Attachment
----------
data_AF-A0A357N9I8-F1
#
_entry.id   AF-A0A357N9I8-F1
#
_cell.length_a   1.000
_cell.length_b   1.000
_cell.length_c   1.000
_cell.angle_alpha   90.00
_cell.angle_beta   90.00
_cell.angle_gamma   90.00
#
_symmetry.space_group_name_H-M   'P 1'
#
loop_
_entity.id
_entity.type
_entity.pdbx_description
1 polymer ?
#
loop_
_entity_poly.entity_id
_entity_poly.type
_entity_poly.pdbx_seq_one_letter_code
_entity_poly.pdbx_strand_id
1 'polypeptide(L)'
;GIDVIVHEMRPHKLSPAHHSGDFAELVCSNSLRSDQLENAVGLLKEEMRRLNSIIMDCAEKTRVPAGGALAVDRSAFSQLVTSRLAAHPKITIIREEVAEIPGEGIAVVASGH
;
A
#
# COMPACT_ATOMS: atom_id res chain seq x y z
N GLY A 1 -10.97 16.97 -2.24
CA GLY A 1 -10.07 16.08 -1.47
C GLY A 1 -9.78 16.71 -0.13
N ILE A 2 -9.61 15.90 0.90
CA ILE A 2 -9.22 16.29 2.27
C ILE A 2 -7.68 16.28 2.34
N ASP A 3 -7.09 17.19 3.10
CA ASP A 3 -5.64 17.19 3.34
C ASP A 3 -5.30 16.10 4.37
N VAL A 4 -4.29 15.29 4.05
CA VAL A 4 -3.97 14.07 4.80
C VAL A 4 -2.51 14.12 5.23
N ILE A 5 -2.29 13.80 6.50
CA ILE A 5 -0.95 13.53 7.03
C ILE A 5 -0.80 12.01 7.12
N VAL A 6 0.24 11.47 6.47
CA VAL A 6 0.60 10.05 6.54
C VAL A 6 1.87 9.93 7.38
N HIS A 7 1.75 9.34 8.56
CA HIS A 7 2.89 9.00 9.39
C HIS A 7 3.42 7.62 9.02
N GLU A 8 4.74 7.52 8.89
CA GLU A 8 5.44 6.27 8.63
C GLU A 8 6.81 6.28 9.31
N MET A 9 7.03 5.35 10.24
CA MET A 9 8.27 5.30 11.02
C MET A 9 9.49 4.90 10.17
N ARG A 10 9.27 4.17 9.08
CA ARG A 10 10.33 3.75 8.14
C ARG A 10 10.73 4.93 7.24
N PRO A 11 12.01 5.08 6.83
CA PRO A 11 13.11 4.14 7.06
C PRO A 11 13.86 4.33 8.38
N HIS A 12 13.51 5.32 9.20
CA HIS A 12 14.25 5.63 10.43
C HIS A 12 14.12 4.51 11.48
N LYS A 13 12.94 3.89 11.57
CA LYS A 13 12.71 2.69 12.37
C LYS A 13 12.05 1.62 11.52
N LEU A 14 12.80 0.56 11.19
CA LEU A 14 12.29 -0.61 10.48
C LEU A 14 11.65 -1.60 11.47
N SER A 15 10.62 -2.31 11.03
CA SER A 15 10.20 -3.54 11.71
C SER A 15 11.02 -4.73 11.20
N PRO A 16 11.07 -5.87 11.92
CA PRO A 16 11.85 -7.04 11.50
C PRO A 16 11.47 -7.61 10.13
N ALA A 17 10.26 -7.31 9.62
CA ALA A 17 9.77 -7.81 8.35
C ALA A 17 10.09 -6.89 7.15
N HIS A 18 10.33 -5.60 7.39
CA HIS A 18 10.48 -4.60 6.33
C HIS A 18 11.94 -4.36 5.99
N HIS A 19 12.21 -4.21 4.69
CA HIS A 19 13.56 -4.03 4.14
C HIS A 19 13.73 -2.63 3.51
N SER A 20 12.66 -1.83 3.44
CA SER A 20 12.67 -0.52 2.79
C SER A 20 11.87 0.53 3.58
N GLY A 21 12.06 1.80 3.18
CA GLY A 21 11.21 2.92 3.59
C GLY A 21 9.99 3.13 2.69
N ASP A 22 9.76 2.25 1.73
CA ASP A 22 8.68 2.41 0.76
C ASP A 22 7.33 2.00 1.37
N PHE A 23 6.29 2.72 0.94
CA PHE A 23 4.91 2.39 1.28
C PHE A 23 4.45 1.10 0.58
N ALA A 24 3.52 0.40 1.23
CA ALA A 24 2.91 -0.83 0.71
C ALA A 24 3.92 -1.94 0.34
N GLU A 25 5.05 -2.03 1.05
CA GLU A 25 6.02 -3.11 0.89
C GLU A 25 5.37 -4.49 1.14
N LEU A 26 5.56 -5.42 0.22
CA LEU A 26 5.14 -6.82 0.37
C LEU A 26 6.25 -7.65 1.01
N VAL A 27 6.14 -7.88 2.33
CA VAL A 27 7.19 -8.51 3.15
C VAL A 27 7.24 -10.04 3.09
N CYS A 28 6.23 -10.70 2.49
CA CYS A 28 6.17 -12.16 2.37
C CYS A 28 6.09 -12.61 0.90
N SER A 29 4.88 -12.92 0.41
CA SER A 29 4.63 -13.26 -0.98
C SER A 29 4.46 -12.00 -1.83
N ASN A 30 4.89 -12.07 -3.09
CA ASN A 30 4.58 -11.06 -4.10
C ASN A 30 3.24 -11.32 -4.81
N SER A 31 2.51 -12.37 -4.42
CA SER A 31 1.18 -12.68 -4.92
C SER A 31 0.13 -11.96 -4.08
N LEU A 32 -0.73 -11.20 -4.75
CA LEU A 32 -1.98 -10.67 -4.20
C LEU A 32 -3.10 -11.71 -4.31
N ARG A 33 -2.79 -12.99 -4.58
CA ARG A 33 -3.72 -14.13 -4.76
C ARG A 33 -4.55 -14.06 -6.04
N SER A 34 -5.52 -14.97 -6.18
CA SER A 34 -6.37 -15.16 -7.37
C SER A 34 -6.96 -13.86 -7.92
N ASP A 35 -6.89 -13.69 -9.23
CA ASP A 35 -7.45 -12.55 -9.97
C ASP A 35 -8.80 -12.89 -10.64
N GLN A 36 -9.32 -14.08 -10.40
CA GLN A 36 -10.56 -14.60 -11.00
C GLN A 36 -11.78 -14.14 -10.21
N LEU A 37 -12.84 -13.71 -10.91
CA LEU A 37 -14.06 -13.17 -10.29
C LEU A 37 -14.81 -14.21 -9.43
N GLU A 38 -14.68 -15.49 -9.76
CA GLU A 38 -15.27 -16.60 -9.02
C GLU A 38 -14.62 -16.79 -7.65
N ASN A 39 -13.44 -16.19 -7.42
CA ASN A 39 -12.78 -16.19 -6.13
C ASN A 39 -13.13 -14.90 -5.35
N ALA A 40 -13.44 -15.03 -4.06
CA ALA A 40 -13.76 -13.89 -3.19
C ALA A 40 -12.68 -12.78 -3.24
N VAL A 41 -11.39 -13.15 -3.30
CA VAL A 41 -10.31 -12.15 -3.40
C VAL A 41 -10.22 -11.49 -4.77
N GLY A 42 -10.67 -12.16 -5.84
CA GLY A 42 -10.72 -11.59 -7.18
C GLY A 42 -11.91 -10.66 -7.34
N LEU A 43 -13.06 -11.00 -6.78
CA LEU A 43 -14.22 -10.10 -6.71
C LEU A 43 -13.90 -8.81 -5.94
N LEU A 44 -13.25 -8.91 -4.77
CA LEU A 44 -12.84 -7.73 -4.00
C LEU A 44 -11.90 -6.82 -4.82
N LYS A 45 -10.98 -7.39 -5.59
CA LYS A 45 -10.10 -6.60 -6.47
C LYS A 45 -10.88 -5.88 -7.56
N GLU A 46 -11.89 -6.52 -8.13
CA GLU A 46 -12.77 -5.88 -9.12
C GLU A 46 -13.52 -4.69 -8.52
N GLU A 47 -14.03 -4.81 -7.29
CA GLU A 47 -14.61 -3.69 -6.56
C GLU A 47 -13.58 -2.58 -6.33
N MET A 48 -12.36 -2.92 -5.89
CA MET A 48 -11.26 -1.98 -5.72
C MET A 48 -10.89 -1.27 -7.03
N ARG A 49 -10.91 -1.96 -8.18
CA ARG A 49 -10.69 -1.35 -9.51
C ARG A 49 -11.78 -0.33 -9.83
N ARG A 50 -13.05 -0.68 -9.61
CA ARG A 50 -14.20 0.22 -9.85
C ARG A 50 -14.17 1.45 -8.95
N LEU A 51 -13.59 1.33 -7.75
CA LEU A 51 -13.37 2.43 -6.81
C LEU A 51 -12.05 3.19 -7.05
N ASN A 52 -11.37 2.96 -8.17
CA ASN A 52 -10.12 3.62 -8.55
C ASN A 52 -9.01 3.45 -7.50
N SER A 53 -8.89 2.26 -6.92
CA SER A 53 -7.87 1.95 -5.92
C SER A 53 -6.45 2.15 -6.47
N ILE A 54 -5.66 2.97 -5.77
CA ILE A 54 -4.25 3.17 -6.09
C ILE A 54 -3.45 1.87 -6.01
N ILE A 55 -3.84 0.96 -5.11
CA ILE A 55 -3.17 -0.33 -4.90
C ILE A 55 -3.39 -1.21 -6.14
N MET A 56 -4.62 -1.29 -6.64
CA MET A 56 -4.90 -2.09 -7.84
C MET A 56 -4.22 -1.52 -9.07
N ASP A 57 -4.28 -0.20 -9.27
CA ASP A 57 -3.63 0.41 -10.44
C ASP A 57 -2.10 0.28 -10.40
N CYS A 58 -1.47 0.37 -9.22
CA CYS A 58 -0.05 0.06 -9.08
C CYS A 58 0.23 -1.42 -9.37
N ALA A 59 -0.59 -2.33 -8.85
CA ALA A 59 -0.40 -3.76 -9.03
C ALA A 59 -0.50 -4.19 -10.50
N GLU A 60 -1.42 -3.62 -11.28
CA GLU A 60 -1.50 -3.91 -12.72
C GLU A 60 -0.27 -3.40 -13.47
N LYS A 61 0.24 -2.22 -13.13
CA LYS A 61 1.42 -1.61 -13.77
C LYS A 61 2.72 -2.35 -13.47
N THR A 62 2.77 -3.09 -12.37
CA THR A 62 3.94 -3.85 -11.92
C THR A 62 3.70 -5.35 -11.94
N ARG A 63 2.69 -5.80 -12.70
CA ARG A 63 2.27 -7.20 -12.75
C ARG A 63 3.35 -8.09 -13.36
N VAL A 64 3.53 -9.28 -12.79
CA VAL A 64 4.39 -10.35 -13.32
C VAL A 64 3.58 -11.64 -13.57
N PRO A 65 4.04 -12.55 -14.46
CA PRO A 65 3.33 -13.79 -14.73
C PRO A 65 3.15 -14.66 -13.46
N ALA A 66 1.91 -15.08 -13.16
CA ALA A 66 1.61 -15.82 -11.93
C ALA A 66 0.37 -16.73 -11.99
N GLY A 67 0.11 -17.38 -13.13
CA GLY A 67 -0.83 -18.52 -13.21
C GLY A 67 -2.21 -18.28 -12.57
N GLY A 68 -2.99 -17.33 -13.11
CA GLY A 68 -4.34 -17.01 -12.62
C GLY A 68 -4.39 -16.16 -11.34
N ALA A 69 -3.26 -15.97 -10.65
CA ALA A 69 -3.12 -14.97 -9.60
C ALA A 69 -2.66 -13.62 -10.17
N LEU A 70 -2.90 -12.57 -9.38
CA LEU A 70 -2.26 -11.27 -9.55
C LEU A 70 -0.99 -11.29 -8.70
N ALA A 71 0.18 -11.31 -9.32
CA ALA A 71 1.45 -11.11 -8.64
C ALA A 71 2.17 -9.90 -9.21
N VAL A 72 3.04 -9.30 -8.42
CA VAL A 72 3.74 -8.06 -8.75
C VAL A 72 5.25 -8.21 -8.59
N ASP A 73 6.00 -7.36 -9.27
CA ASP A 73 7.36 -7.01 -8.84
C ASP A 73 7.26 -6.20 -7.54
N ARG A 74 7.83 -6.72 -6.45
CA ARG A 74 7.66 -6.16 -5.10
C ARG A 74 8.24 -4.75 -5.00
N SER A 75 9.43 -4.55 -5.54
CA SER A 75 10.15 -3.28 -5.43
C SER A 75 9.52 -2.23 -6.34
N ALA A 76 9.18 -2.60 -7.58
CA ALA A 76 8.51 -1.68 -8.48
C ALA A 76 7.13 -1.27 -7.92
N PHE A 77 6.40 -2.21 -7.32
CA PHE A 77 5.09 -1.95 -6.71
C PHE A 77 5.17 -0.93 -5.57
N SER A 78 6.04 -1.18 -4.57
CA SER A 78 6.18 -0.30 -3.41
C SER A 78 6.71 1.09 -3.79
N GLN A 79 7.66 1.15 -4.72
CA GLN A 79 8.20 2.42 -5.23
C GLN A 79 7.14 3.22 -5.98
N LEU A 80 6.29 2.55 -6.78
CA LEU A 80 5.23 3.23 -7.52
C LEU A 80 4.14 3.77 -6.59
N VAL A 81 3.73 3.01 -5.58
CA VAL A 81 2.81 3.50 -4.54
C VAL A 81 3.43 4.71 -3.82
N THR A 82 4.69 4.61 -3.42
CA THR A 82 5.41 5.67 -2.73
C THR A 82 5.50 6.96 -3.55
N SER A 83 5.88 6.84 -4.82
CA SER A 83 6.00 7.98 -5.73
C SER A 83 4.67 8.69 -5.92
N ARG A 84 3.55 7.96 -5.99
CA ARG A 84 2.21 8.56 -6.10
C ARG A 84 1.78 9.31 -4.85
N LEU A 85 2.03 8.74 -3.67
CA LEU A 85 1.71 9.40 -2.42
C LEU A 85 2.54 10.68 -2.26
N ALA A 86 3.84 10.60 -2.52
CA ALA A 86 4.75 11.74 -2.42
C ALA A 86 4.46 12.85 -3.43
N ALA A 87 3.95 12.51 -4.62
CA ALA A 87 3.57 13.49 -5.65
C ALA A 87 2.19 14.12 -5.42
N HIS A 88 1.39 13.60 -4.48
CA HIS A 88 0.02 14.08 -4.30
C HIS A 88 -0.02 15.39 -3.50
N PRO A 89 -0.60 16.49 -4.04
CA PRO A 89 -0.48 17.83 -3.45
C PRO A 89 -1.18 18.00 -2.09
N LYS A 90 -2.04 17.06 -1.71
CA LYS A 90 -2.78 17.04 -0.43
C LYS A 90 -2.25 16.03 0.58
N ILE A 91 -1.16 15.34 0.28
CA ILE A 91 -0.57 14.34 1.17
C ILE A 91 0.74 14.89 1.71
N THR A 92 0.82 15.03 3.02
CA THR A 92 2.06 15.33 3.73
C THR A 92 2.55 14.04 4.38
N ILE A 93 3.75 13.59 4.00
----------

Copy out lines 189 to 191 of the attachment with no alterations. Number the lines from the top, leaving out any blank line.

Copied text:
C SER A 53 -6.45 2.15 -6.47
N ILE A 54 -5.66 2.97 -5.77
CA ILE A 54 -4.25 3.17 -6.09